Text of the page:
The world, and I, have changed so much in 17 years. Yet, I can still vividly remember so much of that crisp and beautiful Tuesday in September.
I was in seventh grade at the local Catholic high school for grades 7-12. We had just moved to Minot, North Dakota from Lakeridge, Virginia in May. Dad went from working at the Pentagon to commanding a missile squadron.
First period was band, where the teacher was auditioning us for chairs and McKayla and I were competing to see who would play the school’s one available oboe, and who would have to change instruments. Second period was life science, where all we did was watch the devastating news pouring in, and see as the second plane hit. The first plane hit while we were packing up in the band room during the bell between periods.
I don’t remember the other order of my classes, because after second period, the whole school gathered for impromptu daily mass in the gym. Then we had adoration and the rosary. Followed by the counselor breaking us into mixed grade small groups to talk through our emotions for the day and keep us from watching the news cycle. It was meant to protect us from seeing it play again and again, but they were images you couldn’t escape, and still can’t.
Seventh grade is the only year I went to Catholic school. I lived on the Air Force Base and school was in town 30 minutes away on a clear summer day, nevermind the deep snow days of winter. Add on to that the heightened security the base remained under and an average day took three hours to get home. That Tuesday we were on the bus outside the gate for close to ten hours.
Friday, September 14, someone jumped the fence on base and we went into lockdown. It’s also the morning I got a phone call from D.C. where my friend Ive had been battling her brain tumor since we were in fourth grade. She passes away that morning at the same time I had been listening to Unanswered Prayers on the radio.
Seventeen years is a long time. There are college kids now who have never known the world as it was pre-9/11. They don’t always understand why we pause each year to reflect and remember. The school William & I both work for is hosting a memorial today, as they always do, especially in honor of the friar in their order who was one of the first to die seventeen years ago. He was the chaplain of the New York Fire Department and was attending a victim as the world was literally consumed in fire and he was hit with falling debris.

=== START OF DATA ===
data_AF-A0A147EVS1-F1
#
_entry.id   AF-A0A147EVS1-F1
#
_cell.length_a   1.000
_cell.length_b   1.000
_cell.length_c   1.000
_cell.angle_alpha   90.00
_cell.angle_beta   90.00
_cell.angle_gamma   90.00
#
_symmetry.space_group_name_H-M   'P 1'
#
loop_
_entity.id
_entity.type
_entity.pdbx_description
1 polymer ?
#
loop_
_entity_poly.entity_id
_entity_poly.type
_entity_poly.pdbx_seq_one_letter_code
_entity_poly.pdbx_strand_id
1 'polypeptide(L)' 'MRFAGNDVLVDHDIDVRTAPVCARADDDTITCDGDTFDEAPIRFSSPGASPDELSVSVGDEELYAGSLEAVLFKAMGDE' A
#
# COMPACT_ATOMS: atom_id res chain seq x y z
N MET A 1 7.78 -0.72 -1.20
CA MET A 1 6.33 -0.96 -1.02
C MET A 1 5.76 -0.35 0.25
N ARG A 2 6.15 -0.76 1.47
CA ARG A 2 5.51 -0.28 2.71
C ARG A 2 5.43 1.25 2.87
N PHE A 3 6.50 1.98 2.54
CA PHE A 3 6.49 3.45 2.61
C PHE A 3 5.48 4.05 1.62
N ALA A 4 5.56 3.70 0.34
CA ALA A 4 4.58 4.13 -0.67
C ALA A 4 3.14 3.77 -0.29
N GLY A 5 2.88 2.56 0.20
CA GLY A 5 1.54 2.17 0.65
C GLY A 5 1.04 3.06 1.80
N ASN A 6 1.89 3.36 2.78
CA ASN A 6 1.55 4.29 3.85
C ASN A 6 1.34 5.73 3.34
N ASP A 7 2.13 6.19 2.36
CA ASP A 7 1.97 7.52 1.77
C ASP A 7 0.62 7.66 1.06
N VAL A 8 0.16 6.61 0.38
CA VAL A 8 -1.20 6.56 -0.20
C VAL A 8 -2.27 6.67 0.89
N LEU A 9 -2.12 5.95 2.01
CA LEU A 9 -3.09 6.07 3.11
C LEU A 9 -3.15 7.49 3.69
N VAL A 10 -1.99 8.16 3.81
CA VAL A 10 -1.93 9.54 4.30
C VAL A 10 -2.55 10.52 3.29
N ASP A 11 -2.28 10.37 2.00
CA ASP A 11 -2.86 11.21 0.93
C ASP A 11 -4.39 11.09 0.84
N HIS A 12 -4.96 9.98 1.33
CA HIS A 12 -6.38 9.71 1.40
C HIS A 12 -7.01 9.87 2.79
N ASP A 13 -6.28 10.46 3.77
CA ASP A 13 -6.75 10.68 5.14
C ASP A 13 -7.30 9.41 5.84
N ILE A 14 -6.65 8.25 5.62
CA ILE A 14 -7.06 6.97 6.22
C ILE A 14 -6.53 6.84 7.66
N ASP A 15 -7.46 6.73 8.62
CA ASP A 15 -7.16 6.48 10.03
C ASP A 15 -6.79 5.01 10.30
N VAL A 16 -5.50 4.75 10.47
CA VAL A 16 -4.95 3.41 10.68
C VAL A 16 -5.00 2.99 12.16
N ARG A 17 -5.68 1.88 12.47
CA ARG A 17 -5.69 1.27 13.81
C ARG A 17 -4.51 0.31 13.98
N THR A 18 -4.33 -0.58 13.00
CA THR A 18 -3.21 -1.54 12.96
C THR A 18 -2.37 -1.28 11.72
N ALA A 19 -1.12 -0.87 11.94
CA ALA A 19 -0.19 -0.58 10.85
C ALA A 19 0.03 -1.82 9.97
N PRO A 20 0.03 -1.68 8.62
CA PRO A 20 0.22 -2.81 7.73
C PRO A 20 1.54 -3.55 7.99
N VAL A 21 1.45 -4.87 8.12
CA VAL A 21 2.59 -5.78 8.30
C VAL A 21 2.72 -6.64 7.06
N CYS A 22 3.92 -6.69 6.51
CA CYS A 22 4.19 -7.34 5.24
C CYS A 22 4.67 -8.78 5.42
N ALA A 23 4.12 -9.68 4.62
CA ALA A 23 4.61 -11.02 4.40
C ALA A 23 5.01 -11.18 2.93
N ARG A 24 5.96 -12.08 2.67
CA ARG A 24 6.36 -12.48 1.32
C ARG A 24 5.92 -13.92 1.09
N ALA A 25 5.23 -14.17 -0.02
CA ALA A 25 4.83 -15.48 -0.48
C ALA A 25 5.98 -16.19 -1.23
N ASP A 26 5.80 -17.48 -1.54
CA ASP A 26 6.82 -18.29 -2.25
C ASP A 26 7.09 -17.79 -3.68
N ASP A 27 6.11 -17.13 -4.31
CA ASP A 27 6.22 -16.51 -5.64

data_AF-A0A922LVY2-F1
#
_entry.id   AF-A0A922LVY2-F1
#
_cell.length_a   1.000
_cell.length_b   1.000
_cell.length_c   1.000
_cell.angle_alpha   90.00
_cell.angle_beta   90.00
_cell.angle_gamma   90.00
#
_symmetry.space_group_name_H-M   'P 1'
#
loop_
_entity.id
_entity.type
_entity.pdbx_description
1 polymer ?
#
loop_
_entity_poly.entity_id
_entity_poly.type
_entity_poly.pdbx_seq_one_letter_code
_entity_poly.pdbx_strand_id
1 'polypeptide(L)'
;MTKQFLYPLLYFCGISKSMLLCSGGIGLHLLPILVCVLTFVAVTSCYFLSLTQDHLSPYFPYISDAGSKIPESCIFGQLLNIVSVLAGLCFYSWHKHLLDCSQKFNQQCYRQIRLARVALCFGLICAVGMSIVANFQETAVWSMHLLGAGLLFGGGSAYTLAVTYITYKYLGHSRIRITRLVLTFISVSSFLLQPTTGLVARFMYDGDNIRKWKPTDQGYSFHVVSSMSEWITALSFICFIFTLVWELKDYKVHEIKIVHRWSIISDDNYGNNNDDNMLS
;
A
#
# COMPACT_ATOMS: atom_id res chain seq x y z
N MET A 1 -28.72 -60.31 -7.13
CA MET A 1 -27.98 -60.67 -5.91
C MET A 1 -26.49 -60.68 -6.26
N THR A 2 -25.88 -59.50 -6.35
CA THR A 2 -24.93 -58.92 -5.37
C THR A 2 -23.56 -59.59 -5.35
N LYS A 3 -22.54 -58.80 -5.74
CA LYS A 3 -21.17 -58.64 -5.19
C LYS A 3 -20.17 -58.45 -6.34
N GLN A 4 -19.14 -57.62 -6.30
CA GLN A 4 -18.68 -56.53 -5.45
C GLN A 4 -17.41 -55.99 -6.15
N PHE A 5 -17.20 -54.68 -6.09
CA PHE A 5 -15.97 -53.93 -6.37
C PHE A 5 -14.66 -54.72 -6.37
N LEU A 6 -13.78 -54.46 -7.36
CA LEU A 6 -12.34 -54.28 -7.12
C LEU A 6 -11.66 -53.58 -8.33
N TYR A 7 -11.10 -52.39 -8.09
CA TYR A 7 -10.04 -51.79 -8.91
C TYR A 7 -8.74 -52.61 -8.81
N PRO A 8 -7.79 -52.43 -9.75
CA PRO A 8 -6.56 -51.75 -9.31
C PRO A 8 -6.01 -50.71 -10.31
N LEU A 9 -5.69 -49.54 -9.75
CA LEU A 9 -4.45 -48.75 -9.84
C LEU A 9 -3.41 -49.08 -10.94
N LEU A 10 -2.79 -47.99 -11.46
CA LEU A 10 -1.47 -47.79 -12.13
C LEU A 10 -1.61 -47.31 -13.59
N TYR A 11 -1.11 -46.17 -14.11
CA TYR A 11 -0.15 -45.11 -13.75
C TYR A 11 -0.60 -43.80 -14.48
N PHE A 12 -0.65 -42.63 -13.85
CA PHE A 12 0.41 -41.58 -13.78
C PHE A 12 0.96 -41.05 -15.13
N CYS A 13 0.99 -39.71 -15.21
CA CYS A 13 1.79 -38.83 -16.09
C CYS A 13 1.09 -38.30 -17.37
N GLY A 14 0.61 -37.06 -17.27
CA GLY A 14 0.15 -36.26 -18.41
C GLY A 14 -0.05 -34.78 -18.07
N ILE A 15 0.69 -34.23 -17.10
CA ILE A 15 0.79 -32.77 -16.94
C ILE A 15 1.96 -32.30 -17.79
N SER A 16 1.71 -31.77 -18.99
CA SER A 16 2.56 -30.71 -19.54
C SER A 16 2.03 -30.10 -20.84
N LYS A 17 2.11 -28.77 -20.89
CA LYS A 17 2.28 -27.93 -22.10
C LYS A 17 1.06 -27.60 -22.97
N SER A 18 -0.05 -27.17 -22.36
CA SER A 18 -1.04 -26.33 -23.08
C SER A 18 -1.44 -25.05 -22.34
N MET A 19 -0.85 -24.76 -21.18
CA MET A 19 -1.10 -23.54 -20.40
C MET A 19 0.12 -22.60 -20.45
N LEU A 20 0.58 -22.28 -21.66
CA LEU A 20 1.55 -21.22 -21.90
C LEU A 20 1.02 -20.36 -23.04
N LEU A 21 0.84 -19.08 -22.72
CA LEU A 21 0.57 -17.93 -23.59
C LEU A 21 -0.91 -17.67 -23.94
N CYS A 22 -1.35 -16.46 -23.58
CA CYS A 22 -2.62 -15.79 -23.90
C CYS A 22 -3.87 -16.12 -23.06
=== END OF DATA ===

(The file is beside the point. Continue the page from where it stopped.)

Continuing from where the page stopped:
On a day when the Catholic Church is in torment, and I am fighting through my frustrations and disappointments in leadership corruption in my faith, I reflect on the immense good and healing my faith has brought me. I am grateful for that year of Catholic school and how they handled guiding us on a day that forever changed the world. I am grateful for people like Father Mychal Judge and the teachers and staff at my school in Minot. I am grateful for people like Mister Rogers who remind us to look for the helpers in times of tragedy.
There isn’t really more to this than a reflection on my thoughts at 5 a.m. on September 11, 2018. I’m 29 now instead of 12. I’ve moved often, and engaged in rich experiences, and other than tighter security measures on the bases I grew up and on flights, the events of 17 years ago haven’t effected my life directly like they did for so many people who lost the ones they love. But that day is forever etched into my memory, and today, as every day, I will try to love everyone I meet well because you never know what their story is or what kind of day they’re having. I will choose kind and service today, as always, and try to bring light into the world.